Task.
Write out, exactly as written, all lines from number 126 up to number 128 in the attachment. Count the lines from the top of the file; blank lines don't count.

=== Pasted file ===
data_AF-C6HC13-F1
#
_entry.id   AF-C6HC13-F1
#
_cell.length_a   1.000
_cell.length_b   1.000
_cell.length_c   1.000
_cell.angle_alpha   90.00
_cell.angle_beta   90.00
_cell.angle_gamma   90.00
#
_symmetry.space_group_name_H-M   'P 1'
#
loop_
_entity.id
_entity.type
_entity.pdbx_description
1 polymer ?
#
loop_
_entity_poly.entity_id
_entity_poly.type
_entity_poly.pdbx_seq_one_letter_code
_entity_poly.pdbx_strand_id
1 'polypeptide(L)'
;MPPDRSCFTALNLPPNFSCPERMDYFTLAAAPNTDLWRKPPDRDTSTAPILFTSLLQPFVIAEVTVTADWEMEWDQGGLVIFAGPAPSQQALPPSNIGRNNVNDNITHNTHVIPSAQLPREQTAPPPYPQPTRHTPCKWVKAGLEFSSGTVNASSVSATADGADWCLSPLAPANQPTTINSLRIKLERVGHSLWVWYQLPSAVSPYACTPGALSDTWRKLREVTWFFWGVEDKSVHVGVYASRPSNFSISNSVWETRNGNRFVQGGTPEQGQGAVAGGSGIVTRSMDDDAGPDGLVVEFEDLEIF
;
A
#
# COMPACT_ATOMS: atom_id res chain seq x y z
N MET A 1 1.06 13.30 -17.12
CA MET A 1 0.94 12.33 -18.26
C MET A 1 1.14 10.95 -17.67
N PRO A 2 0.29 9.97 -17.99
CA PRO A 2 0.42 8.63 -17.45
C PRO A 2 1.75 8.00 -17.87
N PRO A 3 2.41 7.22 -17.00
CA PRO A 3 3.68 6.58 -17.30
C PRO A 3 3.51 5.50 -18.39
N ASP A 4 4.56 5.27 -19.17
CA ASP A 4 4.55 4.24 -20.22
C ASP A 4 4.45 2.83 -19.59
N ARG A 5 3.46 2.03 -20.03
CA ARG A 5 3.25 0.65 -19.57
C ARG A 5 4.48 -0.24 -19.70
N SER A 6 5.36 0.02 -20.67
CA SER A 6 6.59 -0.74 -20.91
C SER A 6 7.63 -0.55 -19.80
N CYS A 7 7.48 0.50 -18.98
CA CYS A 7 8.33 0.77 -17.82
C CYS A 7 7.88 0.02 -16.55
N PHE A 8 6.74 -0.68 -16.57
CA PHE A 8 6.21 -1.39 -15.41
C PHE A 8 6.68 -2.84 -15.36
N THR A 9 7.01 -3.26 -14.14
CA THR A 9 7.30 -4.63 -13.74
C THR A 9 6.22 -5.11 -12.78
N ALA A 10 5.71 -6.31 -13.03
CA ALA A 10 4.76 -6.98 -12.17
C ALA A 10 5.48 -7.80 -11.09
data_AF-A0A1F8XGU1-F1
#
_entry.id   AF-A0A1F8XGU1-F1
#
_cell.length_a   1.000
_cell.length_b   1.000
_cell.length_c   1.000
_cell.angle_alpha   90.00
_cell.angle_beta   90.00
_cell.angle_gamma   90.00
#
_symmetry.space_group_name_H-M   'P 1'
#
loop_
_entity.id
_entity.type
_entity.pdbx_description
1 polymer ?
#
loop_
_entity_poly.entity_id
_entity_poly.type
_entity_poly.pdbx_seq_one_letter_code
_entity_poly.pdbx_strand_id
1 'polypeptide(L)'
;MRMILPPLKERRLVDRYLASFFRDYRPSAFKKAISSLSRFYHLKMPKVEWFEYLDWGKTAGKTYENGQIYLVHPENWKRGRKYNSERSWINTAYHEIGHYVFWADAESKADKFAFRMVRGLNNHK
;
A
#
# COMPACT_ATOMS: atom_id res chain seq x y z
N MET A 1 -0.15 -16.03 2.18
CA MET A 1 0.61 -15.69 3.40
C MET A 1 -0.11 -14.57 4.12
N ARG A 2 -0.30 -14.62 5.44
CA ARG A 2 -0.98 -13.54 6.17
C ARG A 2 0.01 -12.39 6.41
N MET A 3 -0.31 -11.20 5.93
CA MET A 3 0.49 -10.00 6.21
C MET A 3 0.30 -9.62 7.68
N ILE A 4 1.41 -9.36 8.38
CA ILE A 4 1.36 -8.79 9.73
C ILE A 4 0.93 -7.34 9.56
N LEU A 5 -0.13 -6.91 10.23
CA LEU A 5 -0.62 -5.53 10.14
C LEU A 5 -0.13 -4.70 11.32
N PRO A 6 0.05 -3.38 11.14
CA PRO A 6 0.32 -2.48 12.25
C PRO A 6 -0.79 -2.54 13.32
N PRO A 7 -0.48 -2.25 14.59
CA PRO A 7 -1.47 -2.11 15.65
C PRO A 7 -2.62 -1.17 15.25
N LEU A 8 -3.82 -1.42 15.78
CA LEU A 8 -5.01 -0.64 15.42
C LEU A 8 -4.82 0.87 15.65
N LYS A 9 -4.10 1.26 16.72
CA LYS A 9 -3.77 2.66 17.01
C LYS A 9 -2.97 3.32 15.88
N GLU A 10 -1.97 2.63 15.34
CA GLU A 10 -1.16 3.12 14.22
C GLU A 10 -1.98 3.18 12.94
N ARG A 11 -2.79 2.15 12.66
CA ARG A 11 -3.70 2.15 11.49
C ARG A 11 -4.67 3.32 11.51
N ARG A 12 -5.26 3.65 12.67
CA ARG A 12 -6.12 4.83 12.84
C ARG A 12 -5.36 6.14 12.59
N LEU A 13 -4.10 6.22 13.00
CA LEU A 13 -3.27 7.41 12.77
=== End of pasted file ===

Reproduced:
C ARG A 12 -5.36 6.14 12.59
N LEU A 13 -4.10 6.22 13.00
CA LEU A 13 -3.27 7.41 12.77